MedMen shares pop 20 per cent on strong revenue growth report
MedMen Enterprises Inc. shares jumped 20.4 per cent on Tuesday, after the U.S. pot retailer reported $55.5 million in sales in its most recent quarter, a 15 per cent increase compared with the previous quarter sales.
Gross margin across its dispensaries in California, Nevada, New York, Arizona and Illinois, was 50 per cent, only slightly down from 51 per cent in the preceding quarter. The largest revenue contribution, $36.2 million, came from California, where MedMen now operates 11 stores.
The company did not release information about net income, EBITDA or cash flows.
MedMen, which is in the process of acquiring additional dispensaries, said its pro forma revenue for the quarter was $81-million, “pending acquisitions of operational retailers in Long Beach, California and Vallejo, California.”
The company said it has been working to bring down Selling, General and Administrative expenses, and will hit an annualized SG&A rate of US$115 million by the end of September, down from the annualized SG&A rate of US$164 million that it reported in December 2018.
The company also announced that it had renegotiated the parameters of the $250 million credit facility it has with Gotham Green Partners, changing the conversion price for the convertible debt notes it issued.
“For Tranche 1, the conversion price per share of the Notes is now US$2.55. For the initial portion of Tranche 2, the conversion price per share of the Notes is now US$2.17,” the company said.
MedMen has still not closed its acquisition of PharmaCann, LLC, which it announced back in December. The transaction is under review by the Antitrust Division of the U.S. Department of Justice. On Tuesday, MedMen said that both PharmaCann and itself were in “substantial compliance” with requests from the DOJ.
“Assuming that the conditions to close are satisfied or waived, the Transaction is expected to be complete by the end of calendar year 2019,” MedMen said.
– Mark Rendell
Neptune Wellness reports lower Q1 revenues, wider net loss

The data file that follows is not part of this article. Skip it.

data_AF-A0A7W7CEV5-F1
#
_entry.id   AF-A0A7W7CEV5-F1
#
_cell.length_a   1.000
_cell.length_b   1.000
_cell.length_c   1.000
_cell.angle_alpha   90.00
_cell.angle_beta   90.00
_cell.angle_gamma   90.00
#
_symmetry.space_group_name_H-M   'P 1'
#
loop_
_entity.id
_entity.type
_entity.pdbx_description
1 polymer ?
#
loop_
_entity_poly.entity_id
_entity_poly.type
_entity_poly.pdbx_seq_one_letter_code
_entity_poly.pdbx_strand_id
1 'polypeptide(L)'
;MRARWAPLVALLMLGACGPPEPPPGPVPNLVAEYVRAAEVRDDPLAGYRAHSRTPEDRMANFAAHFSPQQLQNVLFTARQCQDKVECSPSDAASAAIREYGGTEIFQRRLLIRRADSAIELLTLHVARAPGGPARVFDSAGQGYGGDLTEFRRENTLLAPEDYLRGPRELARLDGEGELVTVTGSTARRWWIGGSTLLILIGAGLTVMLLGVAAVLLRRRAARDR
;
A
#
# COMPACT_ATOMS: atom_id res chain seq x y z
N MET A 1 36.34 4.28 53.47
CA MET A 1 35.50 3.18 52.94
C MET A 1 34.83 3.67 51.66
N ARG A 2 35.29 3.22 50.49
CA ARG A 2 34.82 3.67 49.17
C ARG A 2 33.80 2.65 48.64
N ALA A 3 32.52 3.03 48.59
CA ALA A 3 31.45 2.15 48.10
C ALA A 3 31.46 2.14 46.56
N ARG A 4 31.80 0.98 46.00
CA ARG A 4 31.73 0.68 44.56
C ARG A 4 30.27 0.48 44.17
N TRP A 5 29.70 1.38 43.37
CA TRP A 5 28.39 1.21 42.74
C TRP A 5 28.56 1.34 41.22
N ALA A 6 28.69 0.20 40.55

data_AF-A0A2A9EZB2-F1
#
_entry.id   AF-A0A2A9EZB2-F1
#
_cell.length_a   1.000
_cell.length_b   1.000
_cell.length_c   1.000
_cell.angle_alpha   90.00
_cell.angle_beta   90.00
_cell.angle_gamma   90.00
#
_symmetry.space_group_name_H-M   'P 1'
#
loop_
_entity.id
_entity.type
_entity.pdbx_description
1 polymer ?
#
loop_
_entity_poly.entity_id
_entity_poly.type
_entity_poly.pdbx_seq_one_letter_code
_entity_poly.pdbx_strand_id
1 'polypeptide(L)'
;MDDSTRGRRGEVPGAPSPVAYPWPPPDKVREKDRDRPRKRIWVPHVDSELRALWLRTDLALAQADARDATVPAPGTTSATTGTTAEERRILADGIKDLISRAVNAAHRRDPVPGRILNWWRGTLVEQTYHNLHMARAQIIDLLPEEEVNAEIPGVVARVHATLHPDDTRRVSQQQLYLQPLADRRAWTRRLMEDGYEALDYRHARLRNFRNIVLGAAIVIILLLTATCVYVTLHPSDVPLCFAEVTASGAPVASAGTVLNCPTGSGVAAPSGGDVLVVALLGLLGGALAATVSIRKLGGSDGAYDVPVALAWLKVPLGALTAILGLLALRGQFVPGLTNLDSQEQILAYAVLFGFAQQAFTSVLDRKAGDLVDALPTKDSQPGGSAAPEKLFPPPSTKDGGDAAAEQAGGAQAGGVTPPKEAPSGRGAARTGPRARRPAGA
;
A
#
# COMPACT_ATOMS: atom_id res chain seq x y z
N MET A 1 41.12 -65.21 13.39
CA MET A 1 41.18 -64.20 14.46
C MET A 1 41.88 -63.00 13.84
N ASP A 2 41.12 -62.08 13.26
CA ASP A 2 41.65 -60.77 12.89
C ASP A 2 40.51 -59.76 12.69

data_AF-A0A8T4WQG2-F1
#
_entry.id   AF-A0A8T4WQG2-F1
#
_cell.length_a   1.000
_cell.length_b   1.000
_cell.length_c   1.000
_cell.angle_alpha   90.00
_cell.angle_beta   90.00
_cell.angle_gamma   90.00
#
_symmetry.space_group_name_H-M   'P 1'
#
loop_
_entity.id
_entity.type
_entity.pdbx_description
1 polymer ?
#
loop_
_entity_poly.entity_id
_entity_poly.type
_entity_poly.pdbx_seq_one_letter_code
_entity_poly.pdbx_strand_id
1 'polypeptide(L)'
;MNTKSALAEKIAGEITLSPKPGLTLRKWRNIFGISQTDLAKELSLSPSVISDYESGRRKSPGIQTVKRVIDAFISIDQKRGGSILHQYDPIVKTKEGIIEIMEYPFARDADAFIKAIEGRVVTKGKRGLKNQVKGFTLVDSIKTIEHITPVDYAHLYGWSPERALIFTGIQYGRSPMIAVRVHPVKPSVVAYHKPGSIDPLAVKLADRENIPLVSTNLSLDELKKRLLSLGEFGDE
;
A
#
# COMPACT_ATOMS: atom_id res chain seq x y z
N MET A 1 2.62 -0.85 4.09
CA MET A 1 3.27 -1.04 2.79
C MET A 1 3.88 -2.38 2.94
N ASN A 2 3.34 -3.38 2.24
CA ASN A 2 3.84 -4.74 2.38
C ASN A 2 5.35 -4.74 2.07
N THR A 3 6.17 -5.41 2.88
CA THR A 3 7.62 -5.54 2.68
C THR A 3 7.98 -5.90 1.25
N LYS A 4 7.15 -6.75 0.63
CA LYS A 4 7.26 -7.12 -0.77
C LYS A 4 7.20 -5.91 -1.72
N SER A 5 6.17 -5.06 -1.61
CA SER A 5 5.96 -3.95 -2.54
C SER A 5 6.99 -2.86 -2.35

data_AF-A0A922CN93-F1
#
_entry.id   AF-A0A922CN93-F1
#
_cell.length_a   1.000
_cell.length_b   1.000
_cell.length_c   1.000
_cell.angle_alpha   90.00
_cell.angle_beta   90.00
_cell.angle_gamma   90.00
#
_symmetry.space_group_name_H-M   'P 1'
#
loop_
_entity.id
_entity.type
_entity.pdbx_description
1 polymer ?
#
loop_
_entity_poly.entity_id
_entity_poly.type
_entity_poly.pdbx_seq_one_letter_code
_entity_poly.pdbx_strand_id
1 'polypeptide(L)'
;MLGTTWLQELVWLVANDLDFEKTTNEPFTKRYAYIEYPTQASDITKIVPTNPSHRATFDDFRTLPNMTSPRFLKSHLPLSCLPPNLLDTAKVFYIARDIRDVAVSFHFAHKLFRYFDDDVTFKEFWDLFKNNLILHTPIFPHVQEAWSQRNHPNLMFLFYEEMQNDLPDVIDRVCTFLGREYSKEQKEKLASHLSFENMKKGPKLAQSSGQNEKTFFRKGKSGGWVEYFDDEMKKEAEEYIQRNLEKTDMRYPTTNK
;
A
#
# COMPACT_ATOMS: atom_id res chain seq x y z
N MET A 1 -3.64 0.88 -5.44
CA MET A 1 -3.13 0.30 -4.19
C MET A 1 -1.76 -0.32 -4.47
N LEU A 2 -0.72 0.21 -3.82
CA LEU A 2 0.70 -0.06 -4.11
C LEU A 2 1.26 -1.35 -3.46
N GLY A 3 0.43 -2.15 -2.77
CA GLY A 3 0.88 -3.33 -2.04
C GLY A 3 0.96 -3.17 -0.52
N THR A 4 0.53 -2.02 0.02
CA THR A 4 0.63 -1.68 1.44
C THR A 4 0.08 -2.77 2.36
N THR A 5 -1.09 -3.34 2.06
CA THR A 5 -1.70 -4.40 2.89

Quebec-based cannabis processor Neptune Wellness lost more money in the first quarter of its 2020 fiscal year, the company disclosed early Wednesday, as more spending on cannabis capacity outpaced sales.
Revenues for the quarter that ended June 30 totaled $4.4-million, down from $5.2-million during the same period of 2018. Neptune reported a net loss of $6.5-million for Q1, wider than the $4.1-million the company lost a year earlier.
“The decline in total revenues is explained by the timing of contracts in the nutraceutical segment [and] commercial production of cannabis extracts during the quarter was impacted by constrained operations and extraction capacity,” the company said, adding the wider net loss was “due to investments made in support of growing cannabis operations.”
Last month, Neptune replaced its CEO with Michael Cammarata, the co-founder of Schmidt’s Naturals, which was sold to Unilever in 2017. In May, the company agreed to pay founding CEO Henri Harland $5.4-million in shares to settle a constructive dismissal lawsuit filed by its former leader after Mr. Harland left the company in 2014. He had been seeking more than $8-million in total compensation.
Michel Timperio, president of Neptune’s cannabis division, recently told Cannabis Professional that the Quebec government’s plan to place further restrictions on cannabis-infused edibles and vape products would be “quite destabilizing” for the business.
– Jameson Berkow